What is Intercultural Competence (and why does it matter!?)
According to Dr. Darla K. Deardorff, "Intercultural competence is the ability to develop targeted knowledge, skills and attitudes that lead to visible behavior and communication that are both effective and appropriate in intercultural interactions."
When you are interacting with people in your host country, you must keep in mind that they have developed their identities in a culture that may be very different from your own. These differences might be reflected in surface activities and behaviors - your classmates in Spain may eat dinner much later than you're used to or your French host mother may insist on keeping bathroom doors shut even if they're unoccupied - or they might be deeper differences that are harder to notice. For example, your host sister in Senegal may be quieter than you expected. Does that mean she's just an introvert? Or does her behavior reflect some deeper cultural difference between you and her?
As you develop your intercultural competence, you'll be able to recognize these differences and then alter the way that you react when you notice them! At first, you might find that eating dinner at ten o'clock each night is terribly annoying and cumbersome. But as you begin to adapt to your host country's culture and way of life, you'll find that your perspective may change. Hopefully, you'll come to appreciate the various reasons that your host culture has adopted this practice.
Intercultural competence skills are important in our everyday lives. As our world gets smaller, and people from various different cultures live closer and closer together, the ability to navigate cultural differences in professional settings is a highly sought after trait and can definitely help your resume stand out. On a personal level, the development of these skills will help you forge deeper and more meaningful connections with the people you encounter in your host country.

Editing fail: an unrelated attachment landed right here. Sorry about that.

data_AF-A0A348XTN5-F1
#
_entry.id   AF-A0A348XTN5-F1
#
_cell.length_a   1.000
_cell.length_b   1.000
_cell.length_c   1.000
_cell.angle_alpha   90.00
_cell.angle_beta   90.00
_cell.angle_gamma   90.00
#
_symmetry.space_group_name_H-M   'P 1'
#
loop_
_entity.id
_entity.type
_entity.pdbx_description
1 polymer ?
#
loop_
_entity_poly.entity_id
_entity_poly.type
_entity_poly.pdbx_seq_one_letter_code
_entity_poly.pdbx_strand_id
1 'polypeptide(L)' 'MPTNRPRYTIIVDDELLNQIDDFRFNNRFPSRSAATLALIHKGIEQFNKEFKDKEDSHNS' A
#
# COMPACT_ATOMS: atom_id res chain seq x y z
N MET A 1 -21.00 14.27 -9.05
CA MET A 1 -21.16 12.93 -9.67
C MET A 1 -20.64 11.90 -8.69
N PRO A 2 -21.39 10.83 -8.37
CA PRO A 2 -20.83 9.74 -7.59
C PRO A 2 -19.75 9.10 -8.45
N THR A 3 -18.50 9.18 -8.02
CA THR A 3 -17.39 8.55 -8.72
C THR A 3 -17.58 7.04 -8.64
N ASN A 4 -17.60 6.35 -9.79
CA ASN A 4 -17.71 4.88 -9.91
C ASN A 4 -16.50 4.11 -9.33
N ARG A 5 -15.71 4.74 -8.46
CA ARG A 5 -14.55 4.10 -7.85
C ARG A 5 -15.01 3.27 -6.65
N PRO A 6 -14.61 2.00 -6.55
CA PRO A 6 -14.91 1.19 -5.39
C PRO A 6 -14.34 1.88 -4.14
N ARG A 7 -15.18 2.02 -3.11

So, now that you know what intercultural competence is, how do you develop these skills while you're abroad?
Goal Setting While Abroad
The first step to developing your intercultural competence is to have an awareness of what you're trying to accomplish while you're abroad! No matter where you are studying this semester, we hope that you take the time to set goals for yourself because your time abroad will be over sooner than you can imagine. What do you hope to accomplish while you are abroad? Are you interested in an internship, honing language skills, traveling, engaging in a club or a sport, learning about your family heritage, understanding the business environment of your host country, or finding a group of like-minded friends in your host country? Set your goals early so that you can give yourself enough time to realistically achieve them over the course of the semester.
As you work to achieve these goals, you may find that certain cultural barriers or traits come up that impact your ability to reach them. Let's say you went to Chile to perfect your Spanish, only to discover that Chileans all use a very particular type of slang! Rather than just giving up on your goal, try to think about why slang may be so popular among Chileanos. What might their use of slang say about their relationship to their history and place in Latin America?
By considering the cultural and historical reasons behind the behaviors and practices that you encounter in your host country, you will develop the skills to think more deeply about why host country nationals behave the way they do. Hopefully, you'll also gain insight into your own identity and behaviors.
Using your Foreign Language
Whether you are taking all of your classes in your host country language or simply navigating your study abroad locale in a brand new language, you may also find yourself feeling some language fatigue. Pushing through that feeling, even though it may require a bit more mental energy, is an important part of breaking down the language barrier, and one you won’t have the opportunity to do back in the United States. You may feel inclined to seek out other English-speaking students that understand these same linguistic challenges and, while it is important to have a support network, we encourage you to continue to push yourself outside of your comfort zone. Learning to navigate your semester in a foreign language will open up a whole new world of possibilities and allow for more language fluency gains over the course of your study abroad.